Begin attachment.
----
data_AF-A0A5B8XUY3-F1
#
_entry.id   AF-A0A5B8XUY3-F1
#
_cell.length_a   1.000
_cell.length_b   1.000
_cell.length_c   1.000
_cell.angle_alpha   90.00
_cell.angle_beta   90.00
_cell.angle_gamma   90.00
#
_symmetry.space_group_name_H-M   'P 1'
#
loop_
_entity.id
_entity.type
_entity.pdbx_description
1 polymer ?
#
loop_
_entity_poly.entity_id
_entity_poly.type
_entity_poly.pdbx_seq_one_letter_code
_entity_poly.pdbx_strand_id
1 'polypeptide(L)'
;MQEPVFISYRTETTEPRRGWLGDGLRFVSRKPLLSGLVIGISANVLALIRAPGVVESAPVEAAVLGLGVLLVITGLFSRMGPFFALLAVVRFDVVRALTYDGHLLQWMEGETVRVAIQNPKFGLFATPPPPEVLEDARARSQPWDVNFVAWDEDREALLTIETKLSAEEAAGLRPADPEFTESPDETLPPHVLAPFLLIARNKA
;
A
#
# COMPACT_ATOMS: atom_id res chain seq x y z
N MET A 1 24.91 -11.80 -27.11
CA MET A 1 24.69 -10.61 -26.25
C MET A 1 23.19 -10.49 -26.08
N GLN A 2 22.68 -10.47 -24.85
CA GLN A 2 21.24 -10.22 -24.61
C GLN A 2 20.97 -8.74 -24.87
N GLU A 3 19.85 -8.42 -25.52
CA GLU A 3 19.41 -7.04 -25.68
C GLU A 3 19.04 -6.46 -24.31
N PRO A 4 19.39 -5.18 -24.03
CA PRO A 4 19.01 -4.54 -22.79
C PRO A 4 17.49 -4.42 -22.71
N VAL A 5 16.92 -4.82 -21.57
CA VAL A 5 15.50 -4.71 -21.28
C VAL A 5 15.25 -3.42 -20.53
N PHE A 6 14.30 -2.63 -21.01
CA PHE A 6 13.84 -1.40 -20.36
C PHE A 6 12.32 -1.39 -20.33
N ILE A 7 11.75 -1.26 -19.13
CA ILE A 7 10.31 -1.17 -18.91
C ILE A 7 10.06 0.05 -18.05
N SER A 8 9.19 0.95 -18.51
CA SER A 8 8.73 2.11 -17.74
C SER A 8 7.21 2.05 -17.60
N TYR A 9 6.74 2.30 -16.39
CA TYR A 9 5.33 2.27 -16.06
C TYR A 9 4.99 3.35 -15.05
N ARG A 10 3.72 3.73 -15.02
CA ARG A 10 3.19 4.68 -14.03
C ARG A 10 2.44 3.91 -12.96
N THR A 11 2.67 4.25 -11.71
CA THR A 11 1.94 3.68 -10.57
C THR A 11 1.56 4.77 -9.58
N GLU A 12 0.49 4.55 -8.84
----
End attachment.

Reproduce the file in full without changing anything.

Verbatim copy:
data_AF-A0A5B8XUY3-F1
#
_entry.id   AF-A0A5B8XUY3-F1
#
_cell.length_a   1.000
_cell.length_b   1.000
_cell.length_c   1.000
_cell.angle_alpha   90.00
_cell.angle_beta   90.00
_cell.angle_gamma   90.00
#
_symmetry.space_group_name_H-M   'P 1'
#
loop_
_entity.id
_entity.type
_entity.pdbx_description
1 polymer ?
#
loop_
_entity_poly.entity_id
_entity_poly.type
_entity_poly.pdbx_seq_one_letter_code
_entity_poly.pdbx_strand_id
1 'polypeptide(L)'
;MQEPVFISYRTETTEPRRGWLGDGLRFVSRKPLLSGLVIGISANVLALIRAPGVVESAPVEAAVLGLGVLLVITGLFSRMGPFFALLAVVRFDVVRALTYDGHLLQWMEGETVRVAIQNPKFGLFATPPPPEVLEDARARSQPWDVNFVAWDEDREALLTIETKLSAEEAAGLRPADPEFTESPDETLPPHVLAPFLLIARNKA
;
A
#
# COMPACT_ATOMS: atom_id res chain seq x y z
N MET A 1 24.91 -11.80 -27.11
CA MET A 1 24.69 -10.61 -26.25
C MET A 1 23.19 -10.49 -26.08
N GLN A 2 22.68 -10.47 -24.85
CA GLN A 2 21.24 -10.22 -24.61
C GLN A 2 20.97 -8.74 -24.87
N GLU A 3 19.85 -8.42 -25.52
CA GLU A 3 19.41 -7.04 -25.68
C GLU A 3 19.04 -6.46 -24.31
N PRO A 4 19.39 -5.18 -24.03
CA PRO A 4 19.01 -4.54 -22.79
C PRO A 4 17.49 -4.42 -22.71
N VAL A 5 16.92 -4.82 -21.57
CA VAL A 5 15.50 -4.71 -21.28
C VAL A 5 15.25 -3.42 -20.53
N PHE A 6 14.30 -2.63 -21.01
CA PHE A 6 13.84 -1.40 -20.36
C PHE A 6 12.32 -1.39 -20.33
N ILE A 7 11.75 -1.26 -19.13
CA ILE A 7 10.31 -1.17 -18.91
C ILE A 7 10.06 0.05 -18.05
N SER A 8 9.19 0.95 -18.51
CA SER A 8 8.73 2.11 -17.74
C SER A 8 7.21 2.05 -17.60
N TYR A 9 6.74 2.30 -16.39
CA TYR A 9 5.33 2.27 -16.06
C TYR A 9 4.99 3.35 -15.05
N ARG A 10 3.72 3.73 -15.02
CA ARG A 10 3.19 4.68 -14.03
C ARG A 10 2.44 3.91 -12.96
N THR A 11 2.67 4.25 -11.71
CA THR A 11 1.94 3.68 -10.57
C THR A 11 1.56 4.77 -9.58
N GLU A 12 0.49 4.55 -8.84